I love reading your emails every day. Gives me something to look forward to. Yours is not an easy job, trying to write something new every day when you can barely get out of the house these days, but you are doing a TERRIFIC job, and there are thousands of people out there who agree with me. I pass on your name to my good friends, so they can enjoy you also.
    Please have a sweet day ahead, and know that you are deeply appreciated!!
    BIG HUG – Pam and Dollie (Dollie being my furry rescue dog who is the light of my life)

  23. Tracy - November 17, 2020 3:28 pm

    What an eloquent writing and what a very kind man..i am humbled to exist in your lifetime 💞

  24. LInda Everett - November 17, 2020 3:51 pm

    Sean, it has indeed been a terrible, depressing time in all our lives, with no end in sight. One thing that this virus has made me see, is how spoiled and complacent we all were before this year. If and when we do see the light at the end of the tunnel, I will forever treasure all things this great country has afforded all of its citizens. We are extremely blessed to live in America, the Land of the Free! I turned on my Alexa this week and asked to hear some Gaither gospel music. A song came on immediately that I have never heard before. The name, “God Has A Plan.” Very timely and very true. God bless you Sean, you keep us focused on what is important.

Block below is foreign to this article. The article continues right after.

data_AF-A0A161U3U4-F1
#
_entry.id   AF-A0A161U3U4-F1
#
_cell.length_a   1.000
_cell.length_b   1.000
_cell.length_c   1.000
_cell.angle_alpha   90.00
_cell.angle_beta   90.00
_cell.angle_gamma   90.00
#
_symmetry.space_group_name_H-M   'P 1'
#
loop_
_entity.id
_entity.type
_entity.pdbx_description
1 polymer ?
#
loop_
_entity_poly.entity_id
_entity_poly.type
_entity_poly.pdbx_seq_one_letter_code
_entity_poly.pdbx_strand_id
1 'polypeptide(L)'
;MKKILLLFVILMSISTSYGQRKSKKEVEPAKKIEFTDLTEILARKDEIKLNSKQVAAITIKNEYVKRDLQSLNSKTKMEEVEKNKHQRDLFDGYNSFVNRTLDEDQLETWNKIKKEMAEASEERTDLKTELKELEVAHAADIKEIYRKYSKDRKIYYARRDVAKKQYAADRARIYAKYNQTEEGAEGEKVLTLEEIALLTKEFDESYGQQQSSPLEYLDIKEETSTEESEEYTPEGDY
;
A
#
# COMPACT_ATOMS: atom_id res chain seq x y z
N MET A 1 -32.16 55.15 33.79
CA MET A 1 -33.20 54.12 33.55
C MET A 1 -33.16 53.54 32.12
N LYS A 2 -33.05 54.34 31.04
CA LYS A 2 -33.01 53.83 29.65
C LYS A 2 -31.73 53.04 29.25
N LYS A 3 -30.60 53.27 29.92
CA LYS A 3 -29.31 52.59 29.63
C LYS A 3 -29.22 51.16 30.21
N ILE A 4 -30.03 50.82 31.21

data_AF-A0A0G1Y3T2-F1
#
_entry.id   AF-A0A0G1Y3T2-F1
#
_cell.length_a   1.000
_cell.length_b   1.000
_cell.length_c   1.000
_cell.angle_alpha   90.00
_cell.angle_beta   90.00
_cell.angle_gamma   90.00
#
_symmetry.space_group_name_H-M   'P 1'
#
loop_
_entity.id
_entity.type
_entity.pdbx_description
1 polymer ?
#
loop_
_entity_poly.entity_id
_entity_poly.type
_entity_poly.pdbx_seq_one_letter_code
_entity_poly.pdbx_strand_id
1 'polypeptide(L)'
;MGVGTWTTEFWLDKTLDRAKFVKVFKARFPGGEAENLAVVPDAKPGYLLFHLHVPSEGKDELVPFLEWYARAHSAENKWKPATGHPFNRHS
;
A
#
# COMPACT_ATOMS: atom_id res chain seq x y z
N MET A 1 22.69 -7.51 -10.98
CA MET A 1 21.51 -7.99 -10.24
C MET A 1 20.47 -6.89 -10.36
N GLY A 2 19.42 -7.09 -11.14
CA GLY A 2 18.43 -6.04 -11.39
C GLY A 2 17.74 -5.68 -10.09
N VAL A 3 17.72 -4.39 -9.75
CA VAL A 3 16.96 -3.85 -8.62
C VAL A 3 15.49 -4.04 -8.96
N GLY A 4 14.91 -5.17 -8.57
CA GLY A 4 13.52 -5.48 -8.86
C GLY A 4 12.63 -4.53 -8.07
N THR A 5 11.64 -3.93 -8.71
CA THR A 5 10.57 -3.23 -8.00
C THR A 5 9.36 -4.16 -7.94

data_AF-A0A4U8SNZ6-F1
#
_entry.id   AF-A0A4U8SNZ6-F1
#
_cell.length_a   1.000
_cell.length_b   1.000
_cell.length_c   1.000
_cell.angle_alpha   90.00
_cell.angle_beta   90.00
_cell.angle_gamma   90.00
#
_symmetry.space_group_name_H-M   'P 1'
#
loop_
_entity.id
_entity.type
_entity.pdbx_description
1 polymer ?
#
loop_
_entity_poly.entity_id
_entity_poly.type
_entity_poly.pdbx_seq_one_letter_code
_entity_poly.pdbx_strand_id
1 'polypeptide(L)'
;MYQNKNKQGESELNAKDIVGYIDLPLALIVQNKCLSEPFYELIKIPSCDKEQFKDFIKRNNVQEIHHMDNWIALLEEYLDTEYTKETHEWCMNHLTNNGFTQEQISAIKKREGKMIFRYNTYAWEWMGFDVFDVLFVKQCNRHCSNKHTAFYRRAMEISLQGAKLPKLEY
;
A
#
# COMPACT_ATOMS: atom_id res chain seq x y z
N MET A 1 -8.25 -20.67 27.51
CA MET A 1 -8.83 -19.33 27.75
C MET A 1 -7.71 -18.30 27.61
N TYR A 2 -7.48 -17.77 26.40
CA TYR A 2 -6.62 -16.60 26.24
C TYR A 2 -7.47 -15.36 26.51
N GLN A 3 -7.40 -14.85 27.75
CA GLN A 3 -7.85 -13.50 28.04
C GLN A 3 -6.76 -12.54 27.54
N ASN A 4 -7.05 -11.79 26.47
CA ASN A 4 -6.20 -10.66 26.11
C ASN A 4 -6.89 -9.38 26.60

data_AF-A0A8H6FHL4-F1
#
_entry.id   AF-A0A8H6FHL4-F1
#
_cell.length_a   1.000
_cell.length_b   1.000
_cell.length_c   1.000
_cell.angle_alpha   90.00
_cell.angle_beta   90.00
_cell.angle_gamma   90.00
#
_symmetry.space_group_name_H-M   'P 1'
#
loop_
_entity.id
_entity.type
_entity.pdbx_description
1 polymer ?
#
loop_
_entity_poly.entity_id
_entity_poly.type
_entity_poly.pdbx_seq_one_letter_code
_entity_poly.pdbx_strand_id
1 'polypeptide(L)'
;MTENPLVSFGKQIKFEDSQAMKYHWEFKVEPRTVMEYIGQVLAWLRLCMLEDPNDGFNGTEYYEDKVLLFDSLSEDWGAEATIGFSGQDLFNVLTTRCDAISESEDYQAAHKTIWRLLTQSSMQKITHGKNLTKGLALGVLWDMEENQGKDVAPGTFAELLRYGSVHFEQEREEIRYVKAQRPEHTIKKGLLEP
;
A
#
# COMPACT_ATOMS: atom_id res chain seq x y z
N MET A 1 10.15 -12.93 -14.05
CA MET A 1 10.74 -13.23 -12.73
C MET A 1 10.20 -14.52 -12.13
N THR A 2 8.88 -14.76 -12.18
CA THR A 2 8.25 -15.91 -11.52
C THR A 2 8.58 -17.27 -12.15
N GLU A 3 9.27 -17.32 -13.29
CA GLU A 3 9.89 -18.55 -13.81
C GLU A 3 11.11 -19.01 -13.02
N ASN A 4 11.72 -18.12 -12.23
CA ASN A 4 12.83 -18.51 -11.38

25. Sam Smith - November 17, 2020 5:37 pm

    Good on ya’, Sean. We all need to do everything we can to help others.

  26. Steve E Rafferty - November 17, 2020 5:41 pm

    My Mom suffered from clinical depression most of her life and was passed down to me.Ive been on meds for 27 years and doing well.Your article shines a light on the black dog of depression that stalked Winston Churchill and Mike Wallace at least were in good company.Your description of the restraunt party when young lady was asked to leave hit me hard im glad she’s doing well.

  27. Linda Moon - November 17, 2020 5:49 pm

    My inbox had some trashy junk in it today. I got rid of it. I never get rid of your columns in my inbox, Sean of the South. Words from big hearts can change things. Talking and listening are ways to care, and I sure do care about you. So, here’s my line: I still watch “Rocky and Bullwinkle”, too. Kindred Spirits, we are!

  28. Patricia Gibson - November 17, 2020 6:21 pm

    God bless you ❤️

  29. Ann - November 17, 2020 8:19 pm

    Just realizing they are NOT ALONE…can begin to help many people…keep writing Sean…you are a true “ encourager”

  30. Laura - November 17, 2020 8:27 pm